22. The EC programmes related to the research and development for the information society ACTS: (Advanced Communications Technologies and Services) - the European Commission's major effort to support precompetitive RTD in the context of trials in the field of telecommunications during the period of the Fourth Framework Programme of scientific research and development (1994-1998). RACE: is a collaborative European research programme, running from June 1987 to December 1995 (including Phases I & II and extension). The overall objective is the introduction of Integrated Broadband Communication (IBC) taking into account the evolving ISDN and national introduction strategies, progressing towards Community-wide services by 1995. ESPRIT: an initiative of the European Commission DG III (Industry) is a major research programme in information technologies

  23. The EC programmes related to the research and development for the information society cont’d Telematics application programme: Research, technological development and demonstration projects for telematics applications and support actions in the following sectors of the programme: Administrations, Transport, Research, Education and Training, Urban and Rural Areas, Environment, Other Exploratory Actions, Language Engineering. IBC Lab:Demonstration and dissemination of the results of R&D efforts: RACE and ACTS. As the Programme RACE is coming to an end and ACTS is taking over, more advanced communication prototypes in various domains are becoming available which can be used by the Commission services to interact with the projects and field related actors in a more effective manner.

  24. The EC programmes related to the research and development for the information society cont’d The TeleServ projectis part of the European COPERNICUS Programme, which is set up to manage technology projects in Central and Eastern European (CEE) countries. TeleServ's strategic goal is to connect 2000 technologists in the CEE region, to networks and services used by their peers in the West. The intention is to provide technology transfers and employment opportunities in both directions for the region. I'M Europe - an initiative of Directorate-General XIII of the EC to provide the World Wide Web with information about Europe and the European electronic information market.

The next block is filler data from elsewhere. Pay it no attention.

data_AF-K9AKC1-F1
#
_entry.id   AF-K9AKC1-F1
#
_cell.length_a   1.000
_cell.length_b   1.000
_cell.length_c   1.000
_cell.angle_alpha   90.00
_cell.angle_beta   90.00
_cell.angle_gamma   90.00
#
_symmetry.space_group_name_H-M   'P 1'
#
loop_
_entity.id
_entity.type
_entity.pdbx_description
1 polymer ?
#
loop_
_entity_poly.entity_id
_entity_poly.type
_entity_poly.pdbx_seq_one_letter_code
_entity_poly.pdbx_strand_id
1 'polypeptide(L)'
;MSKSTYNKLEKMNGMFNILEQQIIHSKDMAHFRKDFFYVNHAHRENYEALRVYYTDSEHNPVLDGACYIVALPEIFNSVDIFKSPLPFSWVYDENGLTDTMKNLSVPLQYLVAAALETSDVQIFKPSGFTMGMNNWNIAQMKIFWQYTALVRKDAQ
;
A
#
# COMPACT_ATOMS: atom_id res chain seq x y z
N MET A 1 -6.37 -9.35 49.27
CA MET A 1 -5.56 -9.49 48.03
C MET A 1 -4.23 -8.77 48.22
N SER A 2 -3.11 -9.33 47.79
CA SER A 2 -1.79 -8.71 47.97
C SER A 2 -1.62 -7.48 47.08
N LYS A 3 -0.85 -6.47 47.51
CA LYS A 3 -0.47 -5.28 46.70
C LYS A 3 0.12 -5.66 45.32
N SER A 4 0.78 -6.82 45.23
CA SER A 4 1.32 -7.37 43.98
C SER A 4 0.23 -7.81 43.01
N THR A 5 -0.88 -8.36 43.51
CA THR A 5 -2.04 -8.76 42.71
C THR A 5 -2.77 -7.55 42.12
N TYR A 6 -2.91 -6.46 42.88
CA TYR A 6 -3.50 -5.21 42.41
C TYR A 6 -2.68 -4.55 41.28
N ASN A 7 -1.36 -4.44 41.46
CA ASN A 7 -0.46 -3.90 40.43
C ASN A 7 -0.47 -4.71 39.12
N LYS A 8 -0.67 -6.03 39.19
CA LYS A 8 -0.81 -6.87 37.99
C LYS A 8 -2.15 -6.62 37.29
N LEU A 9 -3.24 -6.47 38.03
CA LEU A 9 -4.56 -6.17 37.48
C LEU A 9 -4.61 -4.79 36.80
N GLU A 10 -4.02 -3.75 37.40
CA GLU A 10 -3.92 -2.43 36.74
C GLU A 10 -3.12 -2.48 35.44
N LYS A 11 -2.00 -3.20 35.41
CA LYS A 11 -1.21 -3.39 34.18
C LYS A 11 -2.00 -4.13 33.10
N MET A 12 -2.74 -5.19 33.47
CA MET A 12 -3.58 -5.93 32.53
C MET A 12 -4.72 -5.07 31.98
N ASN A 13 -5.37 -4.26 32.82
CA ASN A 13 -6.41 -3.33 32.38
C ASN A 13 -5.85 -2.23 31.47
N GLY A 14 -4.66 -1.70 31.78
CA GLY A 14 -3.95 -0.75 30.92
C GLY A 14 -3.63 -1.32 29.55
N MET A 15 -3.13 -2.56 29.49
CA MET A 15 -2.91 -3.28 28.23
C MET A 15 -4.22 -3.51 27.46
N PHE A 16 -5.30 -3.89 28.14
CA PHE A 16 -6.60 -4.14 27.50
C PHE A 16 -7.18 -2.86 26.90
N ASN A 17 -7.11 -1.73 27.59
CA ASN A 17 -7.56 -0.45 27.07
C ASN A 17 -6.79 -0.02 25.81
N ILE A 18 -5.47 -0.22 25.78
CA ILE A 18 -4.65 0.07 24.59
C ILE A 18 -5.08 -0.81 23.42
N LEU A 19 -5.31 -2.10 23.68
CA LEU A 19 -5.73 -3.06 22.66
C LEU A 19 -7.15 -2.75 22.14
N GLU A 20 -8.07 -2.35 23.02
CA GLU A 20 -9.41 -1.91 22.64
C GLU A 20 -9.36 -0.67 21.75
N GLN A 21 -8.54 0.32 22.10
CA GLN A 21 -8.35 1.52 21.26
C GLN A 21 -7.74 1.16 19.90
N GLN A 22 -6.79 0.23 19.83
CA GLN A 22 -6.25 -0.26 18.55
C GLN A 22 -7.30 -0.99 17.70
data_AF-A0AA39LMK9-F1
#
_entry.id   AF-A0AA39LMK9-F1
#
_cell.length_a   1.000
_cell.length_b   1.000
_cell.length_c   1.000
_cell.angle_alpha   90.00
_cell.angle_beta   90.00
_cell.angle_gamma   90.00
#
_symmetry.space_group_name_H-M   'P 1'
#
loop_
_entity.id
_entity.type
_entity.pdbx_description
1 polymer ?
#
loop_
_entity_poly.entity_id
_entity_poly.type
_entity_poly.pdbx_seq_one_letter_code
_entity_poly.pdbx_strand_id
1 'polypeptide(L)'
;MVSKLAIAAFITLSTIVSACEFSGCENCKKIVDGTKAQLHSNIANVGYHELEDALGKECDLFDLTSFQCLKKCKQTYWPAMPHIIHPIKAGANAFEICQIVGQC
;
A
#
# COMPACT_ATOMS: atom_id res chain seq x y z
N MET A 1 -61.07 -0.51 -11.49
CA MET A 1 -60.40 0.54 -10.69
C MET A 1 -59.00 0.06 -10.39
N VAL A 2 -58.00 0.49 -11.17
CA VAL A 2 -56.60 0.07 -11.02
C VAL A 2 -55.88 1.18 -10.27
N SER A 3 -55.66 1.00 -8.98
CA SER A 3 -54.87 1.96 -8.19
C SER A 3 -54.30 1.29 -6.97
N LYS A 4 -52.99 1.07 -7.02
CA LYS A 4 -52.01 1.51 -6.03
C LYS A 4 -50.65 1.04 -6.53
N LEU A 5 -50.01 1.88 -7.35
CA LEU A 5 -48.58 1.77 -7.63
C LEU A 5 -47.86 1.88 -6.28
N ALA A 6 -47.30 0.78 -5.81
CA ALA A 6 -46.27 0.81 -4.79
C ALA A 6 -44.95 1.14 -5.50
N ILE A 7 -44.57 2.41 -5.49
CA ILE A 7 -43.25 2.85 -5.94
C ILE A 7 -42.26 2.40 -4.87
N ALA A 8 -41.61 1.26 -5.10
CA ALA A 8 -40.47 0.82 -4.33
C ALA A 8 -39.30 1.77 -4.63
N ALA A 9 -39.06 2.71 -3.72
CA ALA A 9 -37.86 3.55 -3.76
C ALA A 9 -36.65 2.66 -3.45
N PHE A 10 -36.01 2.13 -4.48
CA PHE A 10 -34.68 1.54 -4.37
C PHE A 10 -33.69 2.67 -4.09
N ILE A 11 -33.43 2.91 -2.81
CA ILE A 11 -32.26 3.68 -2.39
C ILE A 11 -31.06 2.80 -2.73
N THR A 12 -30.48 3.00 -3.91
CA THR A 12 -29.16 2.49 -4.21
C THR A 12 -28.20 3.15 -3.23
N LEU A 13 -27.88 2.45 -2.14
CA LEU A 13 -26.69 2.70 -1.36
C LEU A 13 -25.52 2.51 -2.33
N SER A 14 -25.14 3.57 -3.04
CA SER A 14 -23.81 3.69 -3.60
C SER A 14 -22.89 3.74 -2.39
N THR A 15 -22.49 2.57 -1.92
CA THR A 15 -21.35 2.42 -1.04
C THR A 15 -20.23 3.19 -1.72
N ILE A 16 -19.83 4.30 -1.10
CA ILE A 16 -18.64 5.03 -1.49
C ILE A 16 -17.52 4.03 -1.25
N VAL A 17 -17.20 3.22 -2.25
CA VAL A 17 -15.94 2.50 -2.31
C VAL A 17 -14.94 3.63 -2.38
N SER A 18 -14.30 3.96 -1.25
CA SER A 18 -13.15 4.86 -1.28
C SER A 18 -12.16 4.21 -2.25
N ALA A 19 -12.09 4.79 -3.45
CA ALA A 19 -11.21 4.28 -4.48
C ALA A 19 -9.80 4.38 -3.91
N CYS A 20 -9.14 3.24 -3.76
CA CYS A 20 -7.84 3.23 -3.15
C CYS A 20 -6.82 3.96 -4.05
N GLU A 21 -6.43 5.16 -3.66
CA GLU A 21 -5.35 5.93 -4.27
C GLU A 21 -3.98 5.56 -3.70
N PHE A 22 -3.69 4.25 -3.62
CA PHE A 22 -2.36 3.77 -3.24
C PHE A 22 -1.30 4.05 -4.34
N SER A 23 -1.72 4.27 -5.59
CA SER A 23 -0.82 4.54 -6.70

25. ACTS: (Advanced Communications Technologies and Services) • The development of advanced communication systems and services will • contribute to the emergence of an information society in Europe. • RTD aimed at bringing together telecommunications, television and media • is essential for the development of trans-European networks and services. • These activities are therefore crucial not only for all economic activities but • also for social cohesion and cultural development. • Compared with the third framework programme, greater emphasis will be • placed on the application of technologies. Topics to be focussed on:

  26. ACTS: in IV Framework Programme cont’d Topics to be focused on: · Interactive digital multimedia services - systems and services combining sound, images and digital data; · Photonic technologies - fully optical networks by the year 2000; · High-speed networking - services such as videophones, teleworking and social care, thanks to efficient integrated networks; · Mobility and personal communications networks - offer the public a new generation of flexible and reliable cordless transmission systems; · Intelligence in networks and service engineering - intelligent communication systems and enable users themselves to determine the type of services offered; · Quality, security and safety of communication services and systems - ensure the reliability and security of information transmitted (electronic signatures).

  27. ESPRIT • ESPRIT: an initiative of the European Commission DG III (Industry). • The technological areas to be supported are: • Software Technologies (ST) • Technologies for Components and Subsystems (TCS) • Multimedia Systems (MS) • Long Term Research (LTR) • Focused Cluster: Open Microprocessor Systems Initiative (OMI) • Focused Cluster: High Performance Computing and Networking (HPCN) • Focused Cluster: Technologies for Business Process (TBP) • Focused Cluster: Integration in Manufacturing (IIM)